Authorities Find Resolution in Borgata Cheating Fiasco

Posted on: April 17, 2014, 05:30h. 

Last updated on: June 13, 2022, 10:09h.

Borgata Winter Open 2014
Atlantic City’s Borgata Casino will redistribute tournament winnings following a major chip-cheating scandal that rocked the Borgata Winter  Poker Open in January. (Image:

The New Jersey Division of Gaming Enforcement (DGE) has reached a resolution regarding the Borgata Winter Poker Open counterfeit chips fiasco at last. The tournament was suspended on January 18th, and subsequently cancelled, following the revelation that the fake poker chips had been introduced.

The DGE certainly had their work cut out in reaching an equitable solution to a very sticky problem: when play was stopped, there were 27 players left of 4,824 initial entrants in the $500 + 60 NLH Big Stack event, which had a guaranteed prize pool of $2 million. While the perpetrator of the scam, a one-time chip leader named Christian Lusardi, actually busted on Day 2 for $6,814, it wasn’t simply a matter of confiscating his ill-gotten winnings and paying the bubble boy.

Ripple Effect

Investigators had to determine which players among this huge field could be said to have been adversely affected by the cheating and find a fair way to distribute a total of $1,721,805 to those who deserved it. That includes $1,433,145 in prize money, as well as $288,720 the Borgata collected in registration fees. This also meant trying to quantify the intangible “ripple effect” that Lusardi’s scam may have caused; an almost impossible task.

The DGE decided that 2143 entrants who did not cash were entitled to their money back (buy-in plus reg fee). These included all players who played on Day 1a from 10am, apart from those who began in the Event Center and were eliminated before 4:30pm, as the latter group could not have come into contact with Lusardi. Since it was a reentry tournament, Lusardi was also playing on Day 1b, having busted Day 1a, and thus all players who played that day from 10am are also eligible, apart from those who played in the Signature Room and Poker Room. Meanwhile, the $50,893 in prizes owed to players who busted in the money will be paid as scheduled, while the remaining 27 players still “in” will chop the rest for $19,323 each.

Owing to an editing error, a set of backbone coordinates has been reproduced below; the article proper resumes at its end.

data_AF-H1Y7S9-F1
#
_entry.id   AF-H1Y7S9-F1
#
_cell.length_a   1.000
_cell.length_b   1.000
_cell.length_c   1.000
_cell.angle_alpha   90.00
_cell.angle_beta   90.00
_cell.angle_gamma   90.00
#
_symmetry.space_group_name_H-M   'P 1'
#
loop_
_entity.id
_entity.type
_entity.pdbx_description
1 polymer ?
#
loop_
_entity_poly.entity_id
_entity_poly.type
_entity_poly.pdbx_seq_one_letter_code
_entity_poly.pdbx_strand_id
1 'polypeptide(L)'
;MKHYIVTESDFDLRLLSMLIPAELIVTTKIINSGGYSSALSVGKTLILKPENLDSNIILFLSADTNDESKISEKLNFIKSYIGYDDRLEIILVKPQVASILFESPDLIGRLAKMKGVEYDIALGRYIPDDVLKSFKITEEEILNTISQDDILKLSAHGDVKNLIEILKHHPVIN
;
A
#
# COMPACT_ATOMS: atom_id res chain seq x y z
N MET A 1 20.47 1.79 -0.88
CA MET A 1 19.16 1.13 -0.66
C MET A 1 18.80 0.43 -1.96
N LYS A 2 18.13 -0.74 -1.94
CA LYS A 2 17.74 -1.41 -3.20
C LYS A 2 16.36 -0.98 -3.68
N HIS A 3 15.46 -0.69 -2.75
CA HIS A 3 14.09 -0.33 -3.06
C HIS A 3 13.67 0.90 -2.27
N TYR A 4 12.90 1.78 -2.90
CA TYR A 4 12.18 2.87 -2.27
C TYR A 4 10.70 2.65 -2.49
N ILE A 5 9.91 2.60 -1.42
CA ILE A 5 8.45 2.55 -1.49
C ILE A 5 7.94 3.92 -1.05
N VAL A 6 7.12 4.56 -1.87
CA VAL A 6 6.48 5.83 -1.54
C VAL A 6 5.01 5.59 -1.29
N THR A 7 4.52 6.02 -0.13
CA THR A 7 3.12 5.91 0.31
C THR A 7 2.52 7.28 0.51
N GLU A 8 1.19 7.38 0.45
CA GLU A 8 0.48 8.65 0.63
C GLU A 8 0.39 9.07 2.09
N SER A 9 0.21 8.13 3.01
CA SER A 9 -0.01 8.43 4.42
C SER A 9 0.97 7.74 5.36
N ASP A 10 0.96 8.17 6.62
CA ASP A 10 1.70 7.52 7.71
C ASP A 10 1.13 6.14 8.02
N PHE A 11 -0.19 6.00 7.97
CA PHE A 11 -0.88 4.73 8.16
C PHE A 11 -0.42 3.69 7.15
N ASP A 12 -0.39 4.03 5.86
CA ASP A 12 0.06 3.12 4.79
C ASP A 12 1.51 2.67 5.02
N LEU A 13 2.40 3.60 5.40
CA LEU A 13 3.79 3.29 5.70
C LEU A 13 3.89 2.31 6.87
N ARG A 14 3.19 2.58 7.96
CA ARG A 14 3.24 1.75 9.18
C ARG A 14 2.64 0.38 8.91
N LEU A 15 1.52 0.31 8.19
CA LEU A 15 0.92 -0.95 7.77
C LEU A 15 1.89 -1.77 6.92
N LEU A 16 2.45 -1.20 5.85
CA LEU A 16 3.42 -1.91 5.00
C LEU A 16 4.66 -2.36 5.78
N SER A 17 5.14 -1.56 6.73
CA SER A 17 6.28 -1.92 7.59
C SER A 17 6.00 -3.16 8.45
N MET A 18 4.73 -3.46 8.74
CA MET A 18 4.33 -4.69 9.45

While this would appear to be the fairest solution given the circumstances, the Borgata may still have a headache to contend with. In February, a class-action lawsuit was filed by New Jersey attorney Bruce Li Causi on behalf of one of the players, Jacob Mustere. The lawsuit claimed that players should be liable to damages as well as refunds. At the time of writing, it is not known whether Causi’s client is satisfied with the current settlement.

Money Down the Can

Meanwhile, Lusardi remains in jail in New Jersey on $300,000 bond, awaiting trial. He was arrested after attempting to flush 2.7 million in fake tournament chips down the toilet of his hotel room at the nearby Harrah’s Resort. This resulted in the pipes becoming clogged, which caused water to drip down into the rooms of guests on the floor below. He is also charged with running a large-scale pirate DVD operation from his North Carolina home that allegedly grossed over $1 million.

The Borgata has since introduced new high-tech poker chips that are more intricately designed, making them harder to counterfeit, and can be checked under ultraviolet light.